Monday, 2 April 2012

References, real and imagined

It's easy to laugh at motivational guru Tony Robbins because he's very American and optimistic with loads of teeth. (I actually have very few teeth. It's the British way of doing things.) However, he does have some great ideas that will help you achieve stuff, providing you want help and are prepared to take action.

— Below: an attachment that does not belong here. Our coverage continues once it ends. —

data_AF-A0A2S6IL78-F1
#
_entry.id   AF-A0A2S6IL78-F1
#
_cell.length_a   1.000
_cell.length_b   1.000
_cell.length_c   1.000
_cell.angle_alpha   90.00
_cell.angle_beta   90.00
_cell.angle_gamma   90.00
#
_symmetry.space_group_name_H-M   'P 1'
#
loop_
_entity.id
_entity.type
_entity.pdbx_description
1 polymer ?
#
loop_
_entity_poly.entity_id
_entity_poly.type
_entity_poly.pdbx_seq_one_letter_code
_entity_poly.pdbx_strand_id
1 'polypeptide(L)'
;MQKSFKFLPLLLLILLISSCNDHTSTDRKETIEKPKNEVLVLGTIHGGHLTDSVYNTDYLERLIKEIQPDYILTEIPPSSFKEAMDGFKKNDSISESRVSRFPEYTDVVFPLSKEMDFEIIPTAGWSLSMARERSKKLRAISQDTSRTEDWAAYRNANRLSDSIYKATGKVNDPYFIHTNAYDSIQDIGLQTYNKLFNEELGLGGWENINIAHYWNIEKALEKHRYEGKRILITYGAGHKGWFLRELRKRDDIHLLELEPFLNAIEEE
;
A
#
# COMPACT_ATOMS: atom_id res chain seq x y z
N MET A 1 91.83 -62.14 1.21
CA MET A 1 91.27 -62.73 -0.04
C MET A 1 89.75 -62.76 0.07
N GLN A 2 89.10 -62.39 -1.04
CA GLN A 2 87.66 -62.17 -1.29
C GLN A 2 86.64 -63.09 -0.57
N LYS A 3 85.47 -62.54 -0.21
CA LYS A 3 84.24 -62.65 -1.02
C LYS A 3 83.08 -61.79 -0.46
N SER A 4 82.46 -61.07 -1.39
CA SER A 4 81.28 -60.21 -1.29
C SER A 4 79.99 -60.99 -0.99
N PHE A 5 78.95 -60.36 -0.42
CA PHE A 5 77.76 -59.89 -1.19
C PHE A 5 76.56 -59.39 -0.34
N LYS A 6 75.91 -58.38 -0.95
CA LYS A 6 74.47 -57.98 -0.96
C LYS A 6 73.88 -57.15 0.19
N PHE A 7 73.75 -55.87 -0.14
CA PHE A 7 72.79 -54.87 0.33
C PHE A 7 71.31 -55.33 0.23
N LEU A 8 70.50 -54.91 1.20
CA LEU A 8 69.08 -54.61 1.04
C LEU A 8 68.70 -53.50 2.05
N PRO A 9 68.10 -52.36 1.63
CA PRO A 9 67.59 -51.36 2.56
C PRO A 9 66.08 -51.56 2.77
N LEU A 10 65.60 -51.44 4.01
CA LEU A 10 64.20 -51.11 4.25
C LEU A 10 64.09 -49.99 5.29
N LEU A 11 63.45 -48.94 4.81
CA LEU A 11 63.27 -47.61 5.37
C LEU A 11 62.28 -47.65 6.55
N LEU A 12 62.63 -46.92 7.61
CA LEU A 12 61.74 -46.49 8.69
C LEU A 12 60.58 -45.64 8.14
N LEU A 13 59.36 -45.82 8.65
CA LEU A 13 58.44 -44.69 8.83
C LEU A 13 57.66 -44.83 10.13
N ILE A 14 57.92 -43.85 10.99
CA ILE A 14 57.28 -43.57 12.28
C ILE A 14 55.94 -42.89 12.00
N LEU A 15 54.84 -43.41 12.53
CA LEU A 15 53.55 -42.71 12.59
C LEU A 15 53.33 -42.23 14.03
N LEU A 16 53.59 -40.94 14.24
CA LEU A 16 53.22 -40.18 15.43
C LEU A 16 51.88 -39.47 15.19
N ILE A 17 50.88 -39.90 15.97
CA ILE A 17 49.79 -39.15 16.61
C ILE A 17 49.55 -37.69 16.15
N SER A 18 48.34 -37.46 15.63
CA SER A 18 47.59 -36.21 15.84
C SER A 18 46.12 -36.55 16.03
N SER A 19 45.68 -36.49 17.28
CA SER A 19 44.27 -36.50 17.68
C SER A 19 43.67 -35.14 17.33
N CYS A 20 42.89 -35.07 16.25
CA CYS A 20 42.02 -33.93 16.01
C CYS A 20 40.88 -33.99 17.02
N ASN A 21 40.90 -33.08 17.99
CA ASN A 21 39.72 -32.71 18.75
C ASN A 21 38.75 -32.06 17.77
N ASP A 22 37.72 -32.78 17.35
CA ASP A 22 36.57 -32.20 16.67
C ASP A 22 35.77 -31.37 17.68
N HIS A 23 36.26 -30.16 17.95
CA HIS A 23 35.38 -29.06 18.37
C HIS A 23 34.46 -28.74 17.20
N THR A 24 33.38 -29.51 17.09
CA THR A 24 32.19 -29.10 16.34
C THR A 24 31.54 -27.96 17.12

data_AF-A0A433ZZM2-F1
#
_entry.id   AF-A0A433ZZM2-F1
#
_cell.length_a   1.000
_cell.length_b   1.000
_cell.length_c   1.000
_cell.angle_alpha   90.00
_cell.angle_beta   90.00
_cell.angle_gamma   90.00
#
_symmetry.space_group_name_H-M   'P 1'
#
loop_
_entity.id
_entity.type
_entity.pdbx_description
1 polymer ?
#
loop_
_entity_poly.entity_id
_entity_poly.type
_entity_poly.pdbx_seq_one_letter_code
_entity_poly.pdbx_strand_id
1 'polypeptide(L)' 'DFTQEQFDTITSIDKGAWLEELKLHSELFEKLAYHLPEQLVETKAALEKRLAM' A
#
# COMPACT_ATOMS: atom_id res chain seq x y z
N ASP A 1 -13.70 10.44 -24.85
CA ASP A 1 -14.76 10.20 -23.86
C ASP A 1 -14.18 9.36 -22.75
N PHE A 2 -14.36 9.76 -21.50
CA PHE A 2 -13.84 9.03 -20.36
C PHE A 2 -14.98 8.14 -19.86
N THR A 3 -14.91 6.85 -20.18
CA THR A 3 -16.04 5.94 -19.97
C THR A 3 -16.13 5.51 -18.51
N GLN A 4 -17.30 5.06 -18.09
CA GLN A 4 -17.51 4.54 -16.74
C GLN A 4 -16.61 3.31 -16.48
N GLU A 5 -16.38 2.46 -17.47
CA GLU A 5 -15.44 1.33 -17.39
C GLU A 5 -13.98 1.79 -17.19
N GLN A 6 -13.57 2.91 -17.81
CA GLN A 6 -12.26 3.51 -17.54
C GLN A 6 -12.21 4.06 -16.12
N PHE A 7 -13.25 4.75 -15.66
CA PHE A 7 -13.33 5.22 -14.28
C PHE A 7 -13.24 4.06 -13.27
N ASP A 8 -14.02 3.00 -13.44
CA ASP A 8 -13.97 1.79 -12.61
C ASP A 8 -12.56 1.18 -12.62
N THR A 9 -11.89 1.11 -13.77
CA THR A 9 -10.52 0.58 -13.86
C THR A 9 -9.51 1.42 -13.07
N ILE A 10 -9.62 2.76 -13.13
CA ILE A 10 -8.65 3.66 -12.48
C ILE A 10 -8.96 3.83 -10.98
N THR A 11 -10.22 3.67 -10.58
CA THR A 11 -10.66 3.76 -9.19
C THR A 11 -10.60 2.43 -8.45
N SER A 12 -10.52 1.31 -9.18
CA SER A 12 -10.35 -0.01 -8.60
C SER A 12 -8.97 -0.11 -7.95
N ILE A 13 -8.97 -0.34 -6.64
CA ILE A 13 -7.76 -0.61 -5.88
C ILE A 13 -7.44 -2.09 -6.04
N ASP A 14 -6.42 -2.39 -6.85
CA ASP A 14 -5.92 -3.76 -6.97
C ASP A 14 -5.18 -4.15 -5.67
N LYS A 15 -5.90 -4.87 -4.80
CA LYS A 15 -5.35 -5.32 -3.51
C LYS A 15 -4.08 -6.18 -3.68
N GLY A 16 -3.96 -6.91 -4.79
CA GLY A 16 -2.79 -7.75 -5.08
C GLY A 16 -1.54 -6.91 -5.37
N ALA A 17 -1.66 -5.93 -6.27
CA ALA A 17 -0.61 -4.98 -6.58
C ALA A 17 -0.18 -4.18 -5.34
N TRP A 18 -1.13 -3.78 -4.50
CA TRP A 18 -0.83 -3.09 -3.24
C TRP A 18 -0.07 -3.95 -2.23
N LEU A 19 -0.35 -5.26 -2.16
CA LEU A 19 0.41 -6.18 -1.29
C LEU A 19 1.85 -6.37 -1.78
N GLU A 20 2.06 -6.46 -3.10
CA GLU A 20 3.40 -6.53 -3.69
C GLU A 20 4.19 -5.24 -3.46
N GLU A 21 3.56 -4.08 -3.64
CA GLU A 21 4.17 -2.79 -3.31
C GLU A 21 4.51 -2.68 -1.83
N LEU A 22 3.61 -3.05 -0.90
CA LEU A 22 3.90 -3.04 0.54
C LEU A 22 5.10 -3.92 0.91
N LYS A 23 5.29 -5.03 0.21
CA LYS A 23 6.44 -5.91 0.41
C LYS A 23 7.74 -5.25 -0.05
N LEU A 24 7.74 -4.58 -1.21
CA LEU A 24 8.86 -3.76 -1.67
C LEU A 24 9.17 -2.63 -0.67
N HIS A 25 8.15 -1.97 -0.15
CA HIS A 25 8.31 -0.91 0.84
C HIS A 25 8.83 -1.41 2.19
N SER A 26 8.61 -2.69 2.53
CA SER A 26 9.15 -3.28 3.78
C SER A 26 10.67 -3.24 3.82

In his book Awaken the Giant Within Robbins has written about references: 'How do we turn an idea into a belief? Let me offer you a simple metaphor to describe the process. If you think of an idea as being like a tabletop with no legs, you'll have a fair representation of why an idea doesn't feel as certain as a belief. Without any legs, that tabletop won't even stand by itself. Belief, on the other hand, has legs. If you really believe, "I'm sexy", how do you know you're sexy? Isn't it true that you have some references to support the idea - some experiences in life to back it up? Those are the legs that make your tabletop solid, that make your belief certain.' (I'm not particularly interested in being sexy, by the way, even though I know damn well I am sexy.) Robbins goes on to say that these references can be real or imagined. Apparently, your brain can't tell the difference. I'll give you an example from my own life. (Nothing to do with sex.) When I decided recently that I wanted to become a great songwriter the only references I had were from twenty years ago when I wrote around thirty reasonably okay songs. (Two or three of them were rather good.) This gave me the confidence that I could write songs again. (So, these were real references.) Then I wrote my first new song, Gilly Marie. (A pretty good commercial song, but it won't set the world alight.) Then I started to imagine. I started to imagine that I could write songs like Bacharach and David or Lennon and McCartney. Crazy? I really started to believe it. I put all my passion into it. (Imagined references!) And then last week, after months of "fantasizing" about writing a great song, I wrote ... a great song. 'Oh, says you! You might be deluding yourself.' Yes, I might be deluding myself. But I know I'm not. I'm excited again (or maybe for the first time) about life in general, amazingly. Now, I can look forward with optimism. And I want to write more great songs. As for the teeth, I'll be able to buy myself some when the royalties start coming in.